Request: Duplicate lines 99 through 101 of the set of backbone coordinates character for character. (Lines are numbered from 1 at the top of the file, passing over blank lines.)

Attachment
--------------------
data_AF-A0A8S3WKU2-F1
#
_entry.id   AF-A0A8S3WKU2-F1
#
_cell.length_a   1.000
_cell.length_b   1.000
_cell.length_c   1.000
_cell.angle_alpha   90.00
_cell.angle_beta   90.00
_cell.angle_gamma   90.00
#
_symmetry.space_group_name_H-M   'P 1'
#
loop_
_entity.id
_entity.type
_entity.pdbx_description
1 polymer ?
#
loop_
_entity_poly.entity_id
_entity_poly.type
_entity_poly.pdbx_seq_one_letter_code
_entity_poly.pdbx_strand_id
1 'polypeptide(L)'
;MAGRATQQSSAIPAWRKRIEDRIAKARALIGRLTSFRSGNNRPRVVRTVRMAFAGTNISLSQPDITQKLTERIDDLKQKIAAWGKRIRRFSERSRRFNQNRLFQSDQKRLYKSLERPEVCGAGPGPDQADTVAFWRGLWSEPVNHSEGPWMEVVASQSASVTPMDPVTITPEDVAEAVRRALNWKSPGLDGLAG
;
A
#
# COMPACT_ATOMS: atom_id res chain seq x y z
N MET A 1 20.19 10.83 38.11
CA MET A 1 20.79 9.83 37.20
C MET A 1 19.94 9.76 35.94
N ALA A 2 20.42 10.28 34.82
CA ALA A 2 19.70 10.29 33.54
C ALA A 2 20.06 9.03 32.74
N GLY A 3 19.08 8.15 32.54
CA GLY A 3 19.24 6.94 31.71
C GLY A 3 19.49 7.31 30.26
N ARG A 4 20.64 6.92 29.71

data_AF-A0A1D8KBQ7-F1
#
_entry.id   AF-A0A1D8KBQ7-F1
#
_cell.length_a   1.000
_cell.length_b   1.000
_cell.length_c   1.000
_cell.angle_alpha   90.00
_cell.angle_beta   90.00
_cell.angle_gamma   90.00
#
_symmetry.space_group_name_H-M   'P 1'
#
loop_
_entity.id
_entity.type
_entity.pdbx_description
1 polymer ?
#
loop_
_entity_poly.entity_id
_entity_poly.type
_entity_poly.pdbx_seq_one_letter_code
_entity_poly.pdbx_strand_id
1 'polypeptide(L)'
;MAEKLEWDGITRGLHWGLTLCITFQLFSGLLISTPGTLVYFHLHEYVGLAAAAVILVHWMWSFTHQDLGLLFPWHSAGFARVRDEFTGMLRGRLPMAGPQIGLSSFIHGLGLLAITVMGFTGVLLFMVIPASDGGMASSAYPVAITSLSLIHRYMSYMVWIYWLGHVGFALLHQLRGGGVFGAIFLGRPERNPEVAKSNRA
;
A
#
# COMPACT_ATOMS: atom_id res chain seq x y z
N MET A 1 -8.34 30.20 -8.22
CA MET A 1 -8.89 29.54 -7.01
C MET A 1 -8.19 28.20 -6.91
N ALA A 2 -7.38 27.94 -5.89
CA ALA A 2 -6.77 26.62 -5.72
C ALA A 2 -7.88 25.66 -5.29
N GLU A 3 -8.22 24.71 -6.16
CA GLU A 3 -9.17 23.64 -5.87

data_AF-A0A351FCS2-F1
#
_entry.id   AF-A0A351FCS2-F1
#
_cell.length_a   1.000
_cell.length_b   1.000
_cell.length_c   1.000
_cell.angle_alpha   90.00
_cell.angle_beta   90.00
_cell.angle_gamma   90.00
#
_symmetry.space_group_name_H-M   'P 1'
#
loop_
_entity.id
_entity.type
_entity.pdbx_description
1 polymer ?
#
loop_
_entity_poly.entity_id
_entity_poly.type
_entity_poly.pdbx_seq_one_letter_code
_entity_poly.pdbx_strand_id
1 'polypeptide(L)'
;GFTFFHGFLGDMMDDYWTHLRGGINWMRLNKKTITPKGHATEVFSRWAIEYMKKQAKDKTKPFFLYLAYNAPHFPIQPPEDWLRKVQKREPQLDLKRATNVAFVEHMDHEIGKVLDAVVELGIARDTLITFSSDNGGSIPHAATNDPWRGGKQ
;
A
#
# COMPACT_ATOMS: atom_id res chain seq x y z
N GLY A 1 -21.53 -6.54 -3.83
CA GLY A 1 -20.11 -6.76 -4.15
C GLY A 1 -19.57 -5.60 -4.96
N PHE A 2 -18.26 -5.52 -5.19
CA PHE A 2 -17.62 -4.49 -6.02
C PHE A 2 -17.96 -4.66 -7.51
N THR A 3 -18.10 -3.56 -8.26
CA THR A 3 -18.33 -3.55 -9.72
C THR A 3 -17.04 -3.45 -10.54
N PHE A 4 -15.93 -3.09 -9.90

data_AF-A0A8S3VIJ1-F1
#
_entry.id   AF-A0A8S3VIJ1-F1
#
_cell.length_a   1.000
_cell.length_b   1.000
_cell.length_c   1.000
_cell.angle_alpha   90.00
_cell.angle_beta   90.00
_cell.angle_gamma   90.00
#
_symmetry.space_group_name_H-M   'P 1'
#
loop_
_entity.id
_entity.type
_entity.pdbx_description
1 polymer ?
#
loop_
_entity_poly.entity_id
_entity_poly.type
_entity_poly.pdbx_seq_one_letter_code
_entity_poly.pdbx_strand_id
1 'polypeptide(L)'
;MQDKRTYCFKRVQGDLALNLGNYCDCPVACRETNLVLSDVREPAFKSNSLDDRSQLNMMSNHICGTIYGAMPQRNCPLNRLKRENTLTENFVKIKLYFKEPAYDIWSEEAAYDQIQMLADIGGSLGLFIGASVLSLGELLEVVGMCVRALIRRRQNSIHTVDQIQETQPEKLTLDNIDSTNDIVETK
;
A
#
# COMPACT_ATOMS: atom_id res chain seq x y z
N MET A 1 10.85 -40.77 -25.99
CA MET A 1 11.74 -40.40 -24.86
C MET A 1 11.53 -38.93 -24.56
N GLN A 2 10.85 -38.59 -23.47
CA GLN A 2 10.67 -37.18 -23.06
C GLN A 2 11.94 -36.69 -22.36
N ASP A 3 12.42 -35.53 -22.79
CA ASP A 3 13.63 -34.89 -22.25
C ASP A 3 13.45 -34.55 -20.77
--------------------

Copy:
_entity_poly.entity_id
_entity_poly.type
_entity_poly.pdbx_seq_one_letter_code